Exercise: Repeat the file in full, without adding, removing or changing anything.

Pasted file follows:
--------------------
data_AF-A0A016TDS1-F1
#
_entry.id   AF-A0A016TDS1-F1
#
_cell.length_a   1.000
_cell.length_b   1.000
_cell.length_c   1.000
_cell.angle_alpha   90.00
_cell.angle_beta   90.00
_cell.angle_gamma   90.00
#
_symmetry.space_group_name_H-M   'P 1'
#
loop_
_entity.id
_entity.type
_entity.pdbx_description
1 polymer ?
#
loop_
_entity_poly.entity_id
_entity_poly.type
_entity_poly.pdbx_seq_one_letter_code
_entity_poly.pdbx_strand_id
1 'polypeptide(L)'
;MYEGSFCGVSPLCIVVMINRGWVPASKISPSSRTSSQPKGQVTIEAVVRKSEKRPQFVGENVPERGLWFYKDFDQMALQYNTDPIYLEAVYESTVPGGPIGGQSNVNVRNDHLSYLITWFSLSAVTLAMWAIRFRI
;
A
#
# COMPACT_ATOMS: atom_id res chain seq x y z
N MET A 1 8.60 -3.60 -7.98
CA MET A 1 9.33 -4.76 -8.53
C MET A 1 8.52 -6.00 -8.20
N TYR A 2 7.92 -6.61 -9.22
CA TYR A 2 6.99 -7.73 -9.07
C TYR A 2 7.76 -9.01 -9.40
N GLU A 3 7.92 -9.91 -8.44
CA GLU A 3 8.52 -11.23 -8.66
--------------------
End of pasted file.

data_AF-A0A016TDS1-F1
#
_entry.id   AF-A0A016TDS1-F1
#
_cell.length_a   1.000
_cell.length_b   1.000
_cell.length_c   1.000
_cell.angle_alpha   90.00
_cell.angle_beta   90.00
_cell.angle_gamma   90.00
#
_symmetry.space_group_name_H-M   'P 1'
#
loop_
_entity.id
_entity.type
_entity.pdbx_description
1 polymer ?
#
loop_
_entity_poly.entity_id
_entity_poly.type
_entity_poly.pdbx_seq_one_letter_code
_entity_poly.pdbx_strand_id
1 'polypeptide(L)'
;MYEGSFCGVSPLCIVVMINRGWVPASKISPSSRTSSQPKGQVTIEAVVRKSEKRPQFVGENVPERGLWFYKDFDQMALQYNTDPIYLEAVYESTVPGGPIGGQSNVNVRNDHLSYLITWFSLSAVTLAMWAIRFRI
;
A
#
# COMPACT_ATOMS: atom_id res chain seq x y z
N MET A 1 8.60 -3.60 -7.98
CA MET A 1 9.33 -4.76 -8.53
C MET A 1 8.52 -6.00 -8.20
N TYR A 2 7.92 -6.61 -9.22
CA TYR A 2 6.99 -7.73 -9.07
C TYR A 2 7.76 -9.01 -9.40
N GLU A 3 7.92 -9.91 -8.44
CA GLU A 3 8.52 -11.23 -8.66